anecdata


anecdata
(an.ik.DAY.tuh; an.ik.DAT.uh)
n.
Anecdotal evidence used as data in an attempt to prove a hypothesis or make a forecast. Also: anec-data.
Example Citations:
So deep was Rose's conviction that she made a pilgrimage to the University of Washington to tell her story to Elizabeth Loftus, professor of psychology and world-renowned expert on the workings of memory.
Rose knew of Loftus; she had seen her on television and heard her speak at a mental-disorders conference. What Loftus had said about so-called "repressed" memories made her angry. So Rose called Loftus, set up this visit to her office, and, for this story, asked that her real name not be used.
Loftus jotted notes while Rose talked: 5 to 10 no memory; age 10 remember most everything; F abused her while v sick, tonsils, 4-5 years old. The term Loftus uses for information like this is "anecdata."
— Kit Boss, "Into the past imperfect," The Seattle Times, September 25, 1994
But some social scientists who make a study of criminal behavior reject what Richard J. Gelles, director of the Family Violence Research program at the University of Rhode Island calls the "anecdata" of women's advocates. "The trouble is the real scientific data doesn't bear out the anecdotes," said Gelles.
— William Hamilton, "Crimes of Passion Spark Intense Debate," The Washington Post, August 14, 1994
Earliest Citation:
PAUL SOLMAN: You actually come to this place to find evidence for your forecast?
DAVID WYSS: Yeah, I actually do. I come to the Burlington Mall, especially like at Christmastime, just to see how many people are shopping. Is there a recovery in consumer spending, or are the stores empty?
MR. SOLMAN: This store is empty.
DAVID WYSS: This store is empty, no question.
MR. SOLMAN: A handful of stores, just one mall, not what you'd call a statistically significant sample. In fact, the most recent government report was that retail sales rose in January, which just goes to show why the journalist's approach to reality, what you might call "anecdata," may be the flimsiest form of forecasting.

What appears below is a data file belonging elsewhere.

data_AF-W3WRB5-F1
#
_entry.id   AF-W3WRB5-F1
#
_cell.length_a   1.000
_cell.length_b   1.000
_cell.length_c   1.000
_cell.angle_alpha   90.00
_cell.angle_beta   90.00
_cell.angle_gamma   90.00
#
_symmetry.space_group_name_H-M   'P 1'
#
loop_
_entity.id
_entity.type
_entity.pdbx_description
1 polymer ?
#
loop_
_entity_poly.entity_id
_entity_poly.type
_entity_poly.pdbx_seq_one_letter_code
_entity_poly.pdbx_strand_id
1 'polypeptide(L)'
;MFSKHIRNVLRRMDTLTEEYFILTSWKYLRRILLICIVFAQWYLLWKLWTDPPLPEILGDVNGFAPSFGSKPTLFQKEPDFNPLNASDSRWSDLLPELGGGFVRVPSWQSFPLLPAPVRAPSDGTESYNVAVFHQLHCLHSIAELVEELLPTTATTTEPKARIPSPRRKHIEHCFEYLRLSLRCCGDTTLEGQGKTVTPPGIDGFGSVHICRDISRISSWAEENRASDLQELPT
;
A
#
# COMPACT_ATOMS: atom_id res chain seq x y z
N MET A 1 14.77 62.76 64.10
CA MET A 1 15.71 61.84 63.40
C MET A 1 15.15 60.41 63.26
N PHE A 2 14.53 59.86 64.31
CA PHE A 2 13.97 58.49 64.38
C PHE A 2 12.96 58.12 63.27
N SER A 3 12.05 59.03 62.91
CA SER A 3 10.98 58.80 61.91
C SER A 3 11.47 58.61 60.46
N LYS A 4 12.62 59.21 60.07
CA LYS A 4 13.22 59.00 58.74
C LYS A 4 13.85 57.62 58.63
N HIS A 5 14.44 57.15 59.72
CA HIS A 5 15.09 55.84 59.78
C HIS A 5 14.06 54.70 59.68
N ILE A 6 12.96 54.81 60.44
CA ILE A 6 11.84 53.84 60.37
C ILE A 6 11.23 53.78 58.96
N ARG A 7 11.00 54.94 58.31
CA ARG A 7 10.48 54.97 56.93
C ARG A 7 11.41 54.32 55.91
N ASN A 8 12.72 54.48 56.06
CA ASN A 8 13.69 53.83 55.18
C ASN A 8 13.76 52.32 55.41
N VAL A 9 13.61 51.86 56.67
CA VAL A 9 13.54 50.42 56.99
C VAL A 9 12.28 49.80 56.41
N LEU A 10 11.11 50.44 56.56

— "Guessing Game," The MacNeil/Lehrer NewsHour, March 6, 1992
Related Words: Category:

New words. 2013.

Look at other dictionaries:

  • anecdata — noun a) Anecdotal evidence. A handful of stores, just one mall, not what youd call a statistically significant sample. In fact, the most recent government report was that retail sales rose in January, which just goes to show why the journalists… …   Wiktionary

  • Proteus phenomenon — n. The tendency for early findings in a new area of research to alternate between opposite conclusions. Example Citations: Proteus is a sea god in Greek Mythology. He could change his shape at will. The Proteus phenomenon refers to early extreme… …   New words

  • Science (General) — Science General altmetrics anecdata black hole collaboratory cosmeceutical decimal dust directed sound dozenalist …   New words

  • agnotology — n. The study of culturally induced ignorance or doubt, particularly the publication of inaccurate or misleading scientific data. agnotological adj. Example Citations: The leaders of corporations and other institutions, it turns out, are not… …   New words

  • biostitute — (by.AWS.tuh.toot) n. A biologist who supports a company or activity that is harmful to the environment. biostitution n. Example Citations: I think the organization that Myron works for is an organization that is funded by the coal industry, by… …   New words

  • data hygiene — (day.tuh HY.jeen) n. Principles and practices that serve to maintain accuracy in computer data. Example Citation: Data hygiene the art of keeping a direct mail database clean and up to date could prove to be the most irritating new buzzword of… …   New words

  • data spill — n. The accidental transmission or display of private online data to a third party. Example Citation: Unintentional disclosures of personal information, called data spills, can occur when visitors click on a link to an external site. Browsers… …   New words

  • fact-free science — n. A scientific endeavour such as a computer simulation of a biological process that does not take into account real world constraints such as chemical or biological data. Example Citation: Biochemist Michael Behe calls evolution fact free… …   New words

  • manufactroversy — n. A contrived or non existent controversy, manufactured by political ideologues or interest groups who use deception and specious arguments to make their case. Example Citations: During a question and answer session after a talk I recently gave …   New words